Take Action: Nestle and Danone

Save the Children

A few weeks ago I wrote a post about the launch of Save the Children’s campaign on breastfeeding, and their report Superfood for Babies, which details some of the barriers to breastfeeding in the developed world.

The focus of the campaign has now shifted to concentrate on one of those barriers in more details; the marketing tactics of multinational breastmilk substitute companies.

Despite 30 years of guidelines, there are continued reports of some breast milk substitute companies marketing their products in an unethical manner.

You can read Save the Children’s full briefing on Nestlé and Danone here, along with this article in the Guardian from Zoe Williams which details the situation in Indonesia, but I also wanted to pick out a couple of things from the report that really shocked me and highlight them in a post. Continue reading

A Guest Post from Indonesia

Yesterday I wrote a post about Save the Children’s new campaign on breastfeeding.

Today I’m absolutely thrilled to have a guest post on the blog from Tasya, an inspiring woman who works as the head of advocacy and legal division for an organisation in Indonesia called AIMI.

AIMI (the Indonesian Breastfeeding Mothers Assocation) is a group of mothers providing advice and support on breastfeeding through Facebook, Twitter and Blackberry Messenger. They provide a 24 hour hotline to support and educate women about the option of breastfeeding, and also use social media to gather evidence of marketing malpractices of breast milk substitutes, for example crowdsourcing photos of posters which break the breastfeeding marketing code of conduct.

Continue reading

Breast is best… but there’s no need to keep shouting about it

Ahhhh. A week into my life as a blogger, and already I get to tackle one of the biggies. Breastfeeding!

You’d think after watching the fallout from Mairi Campbell-Jack’s thought-provoking post over on A Burdz Eye View recently, I’d know better, but hey, I will claim new blogger naievety and go for it.

*Takes a deep breath*

If I have to read the results of another study, giving yet another reason why breast is best, I will poke my eyes out. The latest one, which is splashed all over the papers today, states that breastfed babies develop fewer behaviour problems in later life.

Don’t get me wrong, I think breastfeeding, in general, is awesome. But what is the point of these studies? Who are all the resulting articles targeted at?

There are many women who, for one reason or another, choose not to breastfeed. I truly can’t believe that reading a story such as the one on the BBC website will do anything to change their minds.

There are many women who would very much like to breastfeed, but for one reason or another are unable to. As far as I can see, an article like this just rubs salt in the already painful wounds of such women, and increases the burden of guilt they may already be carrying.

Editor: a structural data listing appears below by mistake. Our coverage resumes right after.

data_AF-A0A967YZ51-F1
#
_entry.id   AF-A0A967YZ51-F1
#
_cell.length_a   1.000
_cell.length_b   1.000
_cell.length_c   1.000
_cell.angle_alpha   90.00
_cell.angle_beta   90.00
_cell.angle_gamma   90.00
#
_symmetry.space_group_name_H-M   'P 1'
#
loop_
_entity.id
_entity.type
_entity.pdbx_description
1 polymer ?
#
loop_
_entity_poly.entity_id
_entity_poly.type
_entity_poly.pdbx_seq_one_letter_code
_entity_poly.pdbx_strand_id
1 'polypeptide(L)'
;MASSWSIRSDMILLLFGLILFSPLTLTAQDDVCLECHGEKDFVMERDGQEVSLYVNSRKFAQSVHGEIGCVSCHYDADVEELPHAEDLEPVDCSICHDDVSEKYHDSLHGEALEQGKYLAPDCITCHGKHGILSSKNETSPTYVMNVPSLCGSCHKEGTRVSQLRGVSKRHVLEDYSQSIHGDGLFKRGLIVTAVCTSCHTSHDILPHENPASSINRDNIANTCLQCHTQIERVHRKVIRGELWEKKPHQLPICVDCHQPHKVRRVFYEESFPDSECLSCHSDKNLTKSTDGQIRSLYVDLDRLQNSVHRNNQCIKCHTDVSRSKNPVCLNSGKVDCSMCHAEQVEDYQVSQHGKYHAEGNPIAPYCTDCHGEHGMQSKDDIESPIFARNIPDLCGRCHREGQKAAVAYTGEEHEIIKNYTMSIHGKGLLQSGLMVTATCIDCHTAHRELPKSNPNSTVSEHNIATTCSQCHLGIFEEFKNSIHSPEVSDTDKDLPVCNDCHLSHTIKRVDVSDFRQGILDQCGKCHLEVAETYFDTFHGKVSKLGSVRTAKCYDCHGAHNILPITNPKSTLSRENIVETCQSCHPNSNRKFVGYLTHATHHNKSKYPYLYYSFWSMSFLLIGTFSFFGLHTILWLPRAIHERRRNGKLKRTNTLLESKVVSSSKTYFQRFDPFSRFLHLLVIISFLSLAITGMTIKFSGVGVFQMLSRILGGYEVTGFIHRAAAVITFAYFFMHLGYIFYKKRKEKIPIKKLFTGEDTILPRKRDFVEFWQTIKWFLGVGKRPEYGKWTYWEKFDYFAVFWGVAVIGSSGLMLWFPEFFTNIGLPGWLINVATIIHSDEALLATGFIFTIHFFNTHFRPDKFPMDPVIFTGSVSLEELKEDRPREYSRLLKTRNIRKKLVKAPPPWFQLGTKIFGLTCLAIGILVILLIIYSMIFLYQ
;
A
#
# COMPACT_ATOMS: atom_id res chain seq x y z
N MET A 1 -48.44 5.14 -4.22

There are many women who have successfully breastfed for anything from a few weeks to a few years, and are happy with their decision, but don’t feel the need to shout it from the rooftops. They, like me, probably roll their eyes when they see yet another headline about breastfeeding, and keep scrolling. (Or, y’know, go online and write a big ranty blog post about it…)

And then there are those other women, who dress their babies in t-shirts that say “I Love Mummy Milk” and raise an eyebrow disapprovingly when that one poor woman at the first antenatal class reunion brings out a bottle of formula. They are the only ones that care about the results of studies like this – because it gives them one more reason to feel good about themselves and one more link to post on their Facebook page.

I would truly love to see breastfeeding rates in the UK improve, because they are shockingly low. It is hard to argue with the fact that breastfeeding is good for your child’s health. In the current economic climate I would think the fact that it’s free would be a real selling point. But telling people that their children will be better behaved in five years if they breastfeed them now? It’s not going to work.

I would far rather see the money spent on such studies going towards initiatives that provide genuine breastfeeding support for those that need it; more health visitors working in communities where the rates are low, more breastfeeding specialists on maternity wards, more support groups, mentoring and buddying schemes…

Let’s stop finding new sticks to beat non-breastfeeders with, and instead spend our intellect, our money and our energy on more positive solutions. If we manage to do that, then maybe a few years down the line we will end up with a generation of impeccably behaved children. Somehow I doubt it, but the other benefits will be immeasurable.